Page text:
This post was originally published on Forbes Jul 11, 2015
Today is the day of Kent Hovind's homecoming celebration. On Wednesday Doctor Dino commenced a period of home confinement to finish off the prison portion of the sentence for his 2006 conviction. Somewhat ironically, Janet Novack writes today about the Seventh Circuit upholding the sentence of Beanie Baby's Ty Warner who hid millions of income in a Swiss bank account. Warner was sentenced to zero prison time even though the guidelines called for around four years.
One of the mysteries of the Hovind case has been its failure to break into mainstream media. Hovind made the rounds of the right wing conspiracy alternative media, most notably Alex Jones, which embraced his religious persecution narrative. There has been some light coverage by the Pensacola New Journal, which had to pull its reporter from the courtroom in March to cover a tragic helicopter crash.
The Duggar Connection
So it was interesting that Hovind's homecoming was picked up by The Raw Story. Travis Gettys was entranced by a detail that I had noticed, but had not thought at all significant. Still don't. The title of the post was "Jim Bob Duggar welcomes home notorious tax-dodging creationist Kent Hovind from prison".
If like me you have cut the cable cord, you might not know who old Jim Bob is. Jim Bob is the father, literally, of a "reality" TV show called "19 Kids And Counting". There has been controversy of late because of the manner in which Mr. Duggar dealt with sexual abuse by his then fourteen-year-old son Josh over a decade ago.
Jim Bob Duggar was among those who went to Yazoo Mississippi to pick up Kent Hovind. You can see the picture in this clip.
I often lament that I am just a tax blogger not an investigative reporter. And in reading the work of Travis Gettys, it becomes clear what the difference is. Travis writes
Hovind was convicted in 2006 of structuring – that is, systematically withdrawing just under $10,000 from the bank to avoid currency reporting – and failing to file payroll returns for his employees, but he presents himself as a victim of an IRS attempt to silence his creationist views.
However, online videos and court records indicate Hovind is a tax protester who has engages in a variety of schemes cooked up by the sovereign citizen movement.
He claims in one online video that he had not filed an individual income tax return for 28 years and argues that most Americans are not obligated to pay income taxes.
It's almost like he has read my blog, but since he doesn't mention that[See Note], he must have put that together on short notice. Actually, it might be from what Rudy Davis calls the wickedpedia entry.
Eric Hovind had posted something favorable to Josh recently. I used to have this joke that you find out who your friends really are not when you have some triumph or some tragedy, but when you are accused of something vile. So I just don't get the intense negative reaction to the Hovinds and Duggars supporting one another.
Might The Structuring Conviction Be Reversed?
Listening to one of Kent's recent interviews, I heard him mention the Lang decision. I also noted in the Pensacola New Journal that Ernie Land, Kent's consigliere, indicated that Kent will be sticking with legal advice provided by the United States Justice Foundation, which was instrumental in getting Kent's contempt conviction reversed. This, to me anyway, is a good sign that Kent is going conventional in his legal reasoning and not following along with the "territorial jurisdiction" arguments that his codefendant Paul Hansen has been using to dig himself a deeper hole.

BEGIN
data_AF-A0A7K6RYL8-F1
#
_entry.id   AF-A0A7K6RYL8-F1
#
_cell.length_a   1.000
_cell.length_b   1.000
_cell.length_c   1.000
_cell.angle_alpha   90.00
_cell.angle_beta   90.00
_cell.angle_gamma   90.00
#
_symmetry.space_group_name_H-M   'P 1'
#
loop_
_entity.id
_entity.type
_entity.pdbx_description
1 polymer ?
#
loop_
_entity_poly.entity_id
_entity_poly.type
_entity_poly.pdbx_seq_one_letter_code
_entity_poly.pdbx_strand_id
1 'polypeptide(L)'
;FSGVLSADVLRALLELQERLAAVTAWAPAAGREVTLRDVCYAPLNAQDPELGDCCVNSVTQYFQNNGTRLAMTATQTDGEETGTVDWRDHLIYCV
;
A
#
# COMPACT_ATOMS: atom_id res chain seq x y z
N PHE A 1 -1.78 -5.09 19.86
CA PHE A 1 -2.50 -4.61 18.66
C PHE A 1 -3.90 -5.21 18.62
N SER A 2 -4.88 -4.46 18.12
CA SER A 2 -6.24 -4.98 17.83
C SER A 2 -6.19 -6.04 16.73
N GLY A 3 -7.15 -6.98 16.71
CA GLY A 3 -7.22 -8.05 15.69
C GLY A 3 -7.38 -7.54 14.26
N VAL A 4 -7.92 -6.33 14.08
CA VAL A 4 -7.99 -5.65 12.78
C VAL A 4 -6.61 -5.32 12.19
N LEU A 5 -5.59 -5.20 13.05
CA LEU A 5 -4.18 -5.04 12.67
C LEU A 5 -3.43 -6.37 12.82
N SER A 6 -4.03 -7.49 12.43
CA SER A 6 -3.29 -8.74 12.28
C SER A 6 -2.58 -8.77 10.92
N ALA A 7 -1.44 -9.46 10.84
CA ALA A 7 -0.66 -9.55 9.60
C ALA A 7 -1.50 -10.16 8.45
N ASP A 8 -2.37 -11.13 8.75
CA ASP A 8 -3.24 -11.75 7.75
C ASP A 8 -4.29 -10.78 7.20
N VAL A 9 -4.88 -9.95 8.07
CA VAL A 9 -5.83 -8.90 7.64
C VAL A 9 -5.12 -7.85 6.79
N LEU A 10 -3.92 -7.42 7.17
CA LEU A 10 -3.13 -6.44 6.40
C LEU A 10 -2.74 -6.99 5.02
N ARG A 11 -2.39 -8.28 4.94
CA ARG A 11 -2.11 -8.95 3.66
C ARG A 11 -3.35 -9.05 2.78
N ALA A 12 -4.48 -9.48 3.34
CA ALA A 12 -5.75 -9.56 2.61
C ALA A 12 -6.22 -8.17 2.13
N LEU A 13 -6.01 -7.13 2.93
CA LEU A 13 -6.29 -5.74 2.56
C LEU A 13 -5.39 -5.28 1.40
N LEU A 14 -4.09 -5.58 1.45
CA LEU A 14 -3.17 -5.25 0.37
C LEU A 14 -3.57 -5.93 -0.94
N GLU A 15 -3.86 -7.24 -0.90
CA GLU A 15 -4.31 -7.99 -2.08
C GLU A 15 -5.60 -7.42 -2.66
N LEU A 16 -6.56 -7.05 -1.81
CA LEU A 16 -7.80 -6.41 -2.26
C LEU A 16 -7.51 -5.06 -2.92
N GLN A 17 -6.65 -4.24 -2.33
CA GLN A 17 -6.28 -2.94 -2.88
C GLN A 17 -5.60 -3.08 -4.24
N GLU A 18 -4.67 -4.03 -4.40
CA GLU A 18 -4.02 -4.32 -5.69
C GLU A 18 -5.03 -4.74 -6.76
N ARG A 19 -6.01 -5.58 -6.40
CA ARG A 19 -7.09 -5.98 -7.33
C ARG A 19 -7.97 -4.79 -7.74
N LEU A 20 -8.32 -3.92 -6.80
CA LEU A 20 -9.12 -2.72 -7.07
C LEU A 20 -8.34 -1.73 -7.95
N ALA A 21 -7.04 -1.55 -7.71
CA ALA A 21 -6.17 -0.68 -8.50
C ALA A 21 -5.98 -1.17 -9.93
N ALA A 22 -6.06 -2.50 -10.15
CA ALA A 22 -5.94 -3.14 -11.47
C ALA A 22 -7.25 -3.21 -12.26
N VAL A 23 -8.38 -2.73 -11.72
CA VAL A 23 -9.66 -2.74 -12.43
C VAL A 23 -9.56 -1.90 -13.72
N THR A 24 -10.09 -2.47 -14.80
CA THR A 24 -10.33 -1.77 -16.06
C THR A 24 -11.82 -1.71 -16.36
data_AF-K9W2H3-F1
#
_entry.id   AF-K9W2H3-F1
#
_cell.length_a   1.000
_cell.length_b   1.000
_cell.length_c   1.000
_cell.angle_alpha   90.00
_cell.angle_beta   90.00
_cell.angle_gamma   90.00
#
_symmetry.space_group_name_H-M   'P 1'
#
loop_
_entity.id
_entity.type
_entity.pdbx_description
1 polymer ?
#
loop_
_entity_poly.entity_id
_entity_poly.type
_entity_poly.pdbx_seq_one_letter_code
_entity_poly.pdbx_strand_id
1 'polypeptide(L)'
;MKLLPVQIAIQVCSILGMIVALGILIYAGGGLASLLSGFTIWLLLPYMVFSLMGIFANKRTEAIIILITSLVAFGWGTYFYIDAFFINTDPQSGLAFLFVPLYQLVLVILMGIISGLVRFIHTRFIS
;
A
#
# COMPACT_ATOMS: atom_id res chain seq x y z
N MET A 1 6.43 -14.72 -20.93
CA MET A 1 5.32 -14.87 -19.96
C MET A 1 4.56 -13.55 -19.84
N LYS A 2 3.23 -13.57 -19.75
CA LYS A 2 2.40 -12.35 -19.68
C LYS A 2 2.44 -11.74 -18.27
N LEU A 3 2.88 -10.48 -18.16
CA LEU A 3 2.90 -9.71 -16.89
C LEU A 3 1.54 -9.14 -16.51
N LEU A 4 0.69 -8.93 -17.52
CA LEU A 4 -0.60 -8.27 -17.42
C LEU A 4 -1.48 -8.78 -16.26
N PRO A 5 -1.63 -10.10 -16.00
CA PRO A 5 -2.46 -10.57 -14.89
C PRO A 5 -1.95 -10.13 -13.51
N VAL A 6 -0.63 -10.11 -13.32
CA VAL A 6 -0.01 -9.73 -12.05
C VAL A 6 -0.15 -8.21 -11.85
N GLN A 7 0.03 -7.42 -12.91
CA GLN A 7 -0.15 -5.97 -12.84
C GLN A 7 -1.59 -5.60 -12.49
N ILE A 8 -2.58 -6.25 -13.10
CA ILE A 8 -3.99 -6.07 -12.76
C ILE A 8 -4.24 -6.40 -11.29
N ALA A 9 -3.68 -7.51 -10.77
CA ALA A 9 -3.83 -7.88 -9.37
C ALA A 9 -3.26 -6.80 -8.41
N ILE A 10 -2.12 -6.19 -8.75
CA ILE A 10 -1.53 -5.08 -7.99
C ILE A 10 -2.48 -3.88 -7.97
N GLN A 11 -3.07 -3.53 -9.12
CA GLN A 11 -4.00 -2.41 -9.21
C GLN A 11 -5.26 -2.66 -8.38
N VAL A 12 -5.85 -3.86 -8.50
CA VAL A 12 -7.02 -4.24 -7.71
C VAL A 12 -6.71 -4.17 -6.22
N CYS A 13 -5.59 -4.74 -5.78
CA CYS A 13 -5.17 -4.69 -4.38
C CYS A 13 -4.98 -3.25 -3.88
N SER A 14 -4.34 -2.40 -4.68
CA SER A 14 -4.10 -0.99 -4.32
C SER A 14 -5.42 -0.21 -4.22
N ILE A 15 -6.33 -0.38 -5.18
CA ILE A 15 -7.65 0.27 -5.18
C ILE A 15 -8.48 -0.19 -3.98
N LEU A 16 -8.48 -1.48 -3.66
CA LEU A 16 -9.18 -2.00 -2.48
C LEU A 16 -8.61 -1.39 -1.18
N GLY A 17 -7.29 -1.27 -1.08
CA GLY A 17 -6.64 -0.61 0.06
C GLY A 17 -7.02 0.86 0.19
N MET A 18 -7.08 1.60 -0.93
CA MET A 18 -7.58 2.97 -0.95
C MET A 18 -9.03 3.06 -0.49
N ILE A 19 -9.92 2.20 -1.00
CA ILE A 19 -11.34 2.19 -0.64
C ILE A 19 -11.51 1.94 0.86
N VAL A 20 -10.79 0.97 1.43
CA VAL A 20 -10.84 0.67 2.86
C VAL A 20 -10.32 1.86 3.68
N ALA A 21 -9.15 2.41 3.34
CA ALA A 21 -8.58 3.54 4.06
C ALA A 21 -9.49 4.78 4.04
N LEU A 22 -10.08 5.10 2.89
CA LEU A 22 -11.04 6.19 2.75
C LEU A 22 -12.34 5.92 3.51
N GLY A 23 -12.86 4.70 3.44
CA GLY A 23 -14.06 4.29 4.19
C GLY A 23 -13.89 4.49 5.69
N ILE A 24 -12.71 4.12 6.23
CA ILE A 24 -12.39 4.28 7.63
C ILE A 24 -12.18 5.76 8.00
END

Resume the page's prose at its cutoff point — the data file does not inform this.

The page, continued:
I discussed the implication of the Lang decision to Hovind back in December. Structuring is the systematic withdrawal or deposit of cash in amounts somewhat less than $10,000 in order to avoid currency reporting requirements. In Lang, the Eleventh Circuit ruled that a single act of structuring requires at least two deposits or withdrawal. Applying that principle to Hovind, his indictment should only have had twenty odd counts of structuring rather than forty-five. That mistake, in principle, could void all the sturcturing charges.
I discussed the implications at some length with Professor Samuel Brunson. Given the way the federal sentencing guidelines work, throwing out the structuring might not have reduced the amount of time that Hovind served, but the forfeiture that resulted in the property seizure was due to the structuring. And steps Hansen and Hovind took that led to the second prosecution were in reaction to the property seizure.
Even if that works, Hovind won't be likely to get a big check from the government as there is the matter of the multi-million dollar income tax deficiency that was confirmed by the Tax Court last year.
Still what I find encouraging about this is that Kent Hovind may have gotten that flawed as the system might be working with it conventionally works better than irrational defiance. If Kent Hovind works with conventional advisers, they will tell him to file an income tax return next year. Kent Hovind will likely never admit that he was wrong in the course he took with respect with taxes, but it is possible that he will move toward a more reasonable approach.
Anyway, I hope that they have a nice party today.
Travis Gettys (whose name I had misspelled) graciously tweeted me to let me know he had cited me and even made the cite a bit more prominent and as one of my commenters notes (and I should have noticed) this was not his first Hovind piece.
I had previously stated that USJF had been instrumental in getting Kent Hovind's structuring conviction reversed. It was his March 2015 contempt conviction that was reversed.